Last week Home Depot officially confirmed what security experts had already suspected since Sept. 2: yes, hackers did indeed manage to steal confidential customer data from Home Depot shoppers: 56 million debit- and credit-card numbers in all, making it the largest such breach on record. Any payment card used at a Home Depot store between April and Sept. 2 of this year is potentially at risk.
The very next day, The New York Times reported that the company had repeatedly been warned of its weak, at-risk security practices as far back as 2008, yet did nothing about the news. Sources for the Times said that the company relied on outdated security software, even as some securty experts left the company after managers repeatedly dismissed their concerns.
Even when Home Depot finally started to listen and tried doing the right thing, it backfired badly: the Times also said that “in 2012, Home Depot hired a computer engineer to help oversee security at its 2,200 stores. But this year, as hacks struck other retailers, that engineer was sentenced to four years in prison for deliberately disabling computers at the company where he previously worked.”
Our own readers were, for the most part, completely unsurprised by initial reports that Home Depot's data security might not be up to snuff: on Sept. 2, when we first reported the mere unconfirmed possibility of a Home Depot data breach, the people who commented on the story were downright blasé about the prospect.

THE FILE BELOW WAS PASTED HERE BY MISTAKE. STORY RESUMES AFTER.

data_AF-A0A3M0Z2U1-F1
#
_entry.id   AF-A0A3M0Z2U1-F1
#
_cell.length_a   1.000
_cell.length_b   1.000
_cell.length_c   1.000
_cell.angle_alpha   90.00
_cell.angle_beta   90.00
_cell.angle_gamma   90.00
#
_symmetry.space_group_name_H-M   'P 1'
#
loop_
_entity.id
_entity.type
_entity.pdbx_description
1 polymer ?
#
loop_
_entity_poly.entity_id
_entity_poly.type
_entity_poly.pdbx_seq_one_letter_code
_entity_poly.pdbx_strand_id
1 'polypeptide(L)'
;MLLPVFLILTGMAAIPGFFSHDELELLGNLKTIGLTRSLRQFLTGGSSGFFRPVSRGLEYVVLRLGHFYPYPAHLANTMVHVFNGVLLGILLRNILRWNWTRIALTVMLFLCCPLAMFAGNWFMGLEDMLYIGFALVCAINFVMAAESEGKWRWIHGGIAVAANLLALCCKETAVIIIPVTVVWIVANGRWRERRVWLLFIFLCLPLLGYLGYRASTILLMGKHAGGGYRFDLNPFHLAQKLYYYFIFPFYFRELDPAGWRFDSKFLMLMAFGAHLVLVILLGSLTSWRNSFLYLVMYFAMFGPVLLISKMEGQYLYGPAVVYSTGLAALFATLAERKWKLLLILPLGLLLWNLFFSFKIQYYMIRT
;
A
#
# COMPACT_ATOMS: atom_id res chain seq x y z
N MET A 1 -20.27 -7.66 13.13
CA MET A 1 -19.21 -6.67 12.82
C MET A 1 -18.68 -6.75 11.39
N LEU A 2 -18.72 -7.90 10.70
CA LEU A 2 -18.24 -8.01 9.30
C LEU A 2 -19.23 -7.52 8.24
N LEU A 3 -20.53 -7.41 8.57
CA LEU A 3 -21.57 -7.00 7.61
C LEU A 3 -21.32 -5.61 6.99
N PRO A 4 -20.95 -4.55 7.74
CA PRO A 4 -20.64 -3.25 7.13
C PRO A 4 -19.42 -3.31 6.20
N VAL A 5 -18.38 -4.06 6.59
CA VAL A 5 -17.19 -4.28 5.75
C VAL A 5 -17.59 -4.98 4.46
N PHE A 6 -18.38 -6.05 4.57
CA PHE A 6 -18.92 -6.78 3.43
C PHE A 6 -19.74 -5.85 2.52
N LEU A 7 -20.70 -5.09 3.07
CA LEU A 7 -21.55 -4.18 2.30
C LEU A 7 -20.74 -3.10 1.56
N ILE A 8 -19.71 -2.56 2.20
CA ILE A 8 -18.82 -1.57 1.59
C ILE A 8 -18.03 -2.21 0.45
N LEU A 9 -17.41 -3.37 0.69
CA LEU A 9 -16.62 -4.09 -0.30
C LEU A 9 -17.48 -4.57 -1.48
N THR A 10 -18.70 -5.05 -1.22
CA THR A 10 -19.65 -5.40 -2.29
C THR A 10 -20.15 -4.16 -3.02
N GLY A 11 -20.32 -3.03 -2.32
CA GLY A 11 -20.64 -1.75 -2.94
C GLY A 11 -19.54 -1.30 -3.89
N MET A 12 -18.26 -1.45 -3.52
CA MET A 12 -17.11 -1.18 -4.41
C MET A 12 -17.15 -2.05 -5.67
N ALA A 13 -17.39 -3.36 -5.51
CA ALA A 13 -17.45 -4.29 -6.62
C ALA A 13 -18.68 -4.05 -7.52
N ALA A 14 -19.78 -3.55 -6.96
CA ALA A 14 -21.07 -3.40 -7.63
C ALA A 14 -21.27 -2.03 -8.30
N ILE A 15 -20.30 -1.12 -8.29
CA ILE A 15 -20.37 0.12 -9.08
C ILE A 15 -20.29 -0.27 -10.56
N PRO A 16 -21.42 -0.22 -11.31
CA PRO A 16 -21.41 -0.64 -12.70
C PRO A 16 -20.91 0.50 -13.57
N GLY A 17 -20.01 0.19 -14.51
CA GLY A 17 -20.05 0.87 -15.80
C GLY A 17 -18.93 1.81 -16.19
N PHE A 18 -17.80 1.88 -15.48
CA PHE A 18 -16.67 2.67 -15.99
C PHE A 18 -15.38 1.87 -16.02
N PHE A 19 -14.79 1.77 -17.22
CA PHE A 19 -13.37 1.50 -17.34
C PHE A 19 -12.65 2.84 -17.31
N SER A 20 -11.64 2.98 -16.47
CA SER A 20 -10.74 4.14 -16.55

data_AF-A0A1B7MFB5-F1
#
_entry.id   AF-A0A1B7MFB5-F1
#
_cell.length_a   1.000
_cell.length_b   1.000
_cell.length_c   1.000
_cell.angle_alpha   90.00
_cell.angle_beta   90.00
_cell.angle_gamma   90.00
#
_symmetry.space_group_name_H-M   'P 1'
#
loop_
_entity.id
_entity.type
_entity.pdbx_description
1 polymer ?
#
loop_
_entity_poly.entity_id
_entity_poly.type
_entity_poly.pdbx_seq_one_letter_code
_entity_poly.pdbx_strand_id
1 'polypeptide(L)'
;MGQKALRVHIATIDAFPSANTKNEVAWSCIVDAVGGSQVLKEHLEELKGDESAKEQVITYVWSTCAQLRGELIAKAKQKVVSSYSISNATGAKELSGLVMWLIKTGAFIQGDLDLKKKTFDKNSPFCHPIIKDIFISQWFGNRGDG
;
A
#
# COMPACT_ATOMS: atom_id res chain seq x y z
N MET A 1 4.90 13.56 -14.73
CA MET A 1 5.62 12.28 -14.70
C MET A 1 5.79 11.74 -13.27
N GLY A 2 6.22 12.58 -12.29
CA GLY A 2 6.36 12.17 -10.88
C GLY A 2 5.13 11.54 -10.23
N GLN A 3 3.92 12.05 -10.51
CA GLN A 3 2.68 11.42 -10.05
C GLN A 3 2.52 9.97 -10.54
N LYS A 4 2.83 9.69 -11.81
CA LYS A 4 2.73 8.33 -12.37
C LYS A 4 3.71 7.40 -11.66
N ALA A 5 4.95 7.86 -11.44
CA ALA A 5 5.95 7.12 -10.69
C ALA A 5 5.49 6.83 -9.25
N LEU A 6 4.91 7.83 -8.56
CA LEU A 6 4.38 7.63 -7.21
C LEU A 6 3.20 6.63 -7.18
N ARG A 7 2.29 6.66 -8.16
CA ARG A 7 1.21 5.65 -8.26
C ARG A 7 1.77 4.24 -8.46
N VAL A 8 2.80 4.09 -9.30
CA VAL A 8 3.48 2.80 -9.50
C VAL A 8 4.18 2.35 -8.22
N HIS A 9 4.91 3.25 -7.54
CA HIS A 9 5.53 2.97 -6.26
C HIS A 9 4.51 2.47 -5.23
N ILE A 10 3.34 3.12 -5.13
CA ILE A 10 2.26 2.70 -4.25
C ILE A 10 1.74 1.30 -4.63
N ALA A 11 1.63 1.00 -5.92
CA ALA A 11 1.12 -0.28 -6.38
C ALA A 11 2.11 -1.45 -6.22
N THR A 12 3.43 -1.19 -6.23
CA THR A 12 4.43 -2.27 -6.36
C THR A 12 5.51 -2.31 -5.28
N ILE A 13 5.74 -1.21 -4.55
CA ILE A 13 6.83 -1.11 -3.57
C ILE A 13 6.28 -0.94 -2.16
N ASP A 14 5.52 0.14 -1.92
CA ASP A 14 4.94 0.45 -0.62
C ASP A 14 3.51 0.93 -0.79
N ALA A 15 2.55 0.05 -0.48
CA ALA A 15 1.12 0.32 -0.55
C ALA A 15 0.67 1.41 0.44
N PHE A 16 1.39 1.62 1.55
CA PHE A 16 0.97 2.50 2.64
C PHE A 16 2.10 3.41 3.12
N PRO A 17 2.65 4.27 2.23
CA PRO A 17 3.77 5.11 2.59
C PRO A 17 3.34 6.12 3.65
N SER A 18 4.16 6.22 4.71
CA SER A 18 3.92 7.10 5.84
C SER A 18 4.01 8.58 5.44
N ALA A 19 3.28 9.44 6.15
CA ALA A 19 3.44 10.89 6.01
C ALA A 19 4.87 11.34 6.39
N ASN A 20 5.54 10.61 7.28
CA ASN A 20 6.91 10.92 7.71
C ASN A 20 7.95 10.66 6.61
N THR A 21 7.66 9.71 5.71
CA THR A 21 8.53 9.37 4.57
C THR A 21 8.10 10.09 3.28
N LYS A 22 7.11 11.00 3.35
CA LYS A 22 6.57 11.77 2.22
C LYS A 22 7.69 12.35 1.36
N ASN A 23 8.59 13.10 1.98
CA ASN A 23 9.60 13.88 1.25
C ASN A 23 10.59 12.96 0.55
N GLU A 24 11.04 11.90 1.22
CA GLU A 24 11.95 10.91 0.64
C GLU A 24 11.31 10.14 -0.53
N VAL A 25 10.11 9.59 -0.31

“I can believe this,” comented S. Garcia posted, while another commenter, R. Watters, went into more detail:
This is nothing new. My bank account was debited over $1600 last year for two gift cards at two Home Depot stores in Texas. Apparently, someone got a hold of my debit card number at Home Depot. My bank credited my account, but Home Depot could not have cared less. One of the managers at the [redacted] store was even upset that someone gave me his name to contact. I no longer shop at Home Depot.
T. Hostetler pointed out another problem:
If you return an item to Home Depot that you charged on a credit card and you present a receipt, they will credit your credit card account for the return without you giving them your card again. Why in the hell are they allowed to store your credit card information on their computers? Just because you bought an item from them, should not give them the right to keep your credit card information as long as they see fit!
What to do
For what it's worth, Home Depot is offering free identity-theft protection services, including credit monitoring, to any customer who used a payment card during or after April 2014.
Interested customers should call 1-800-HOMEDEPOT (800-466-3337) in the United States, or 800-668-2266 in Canada.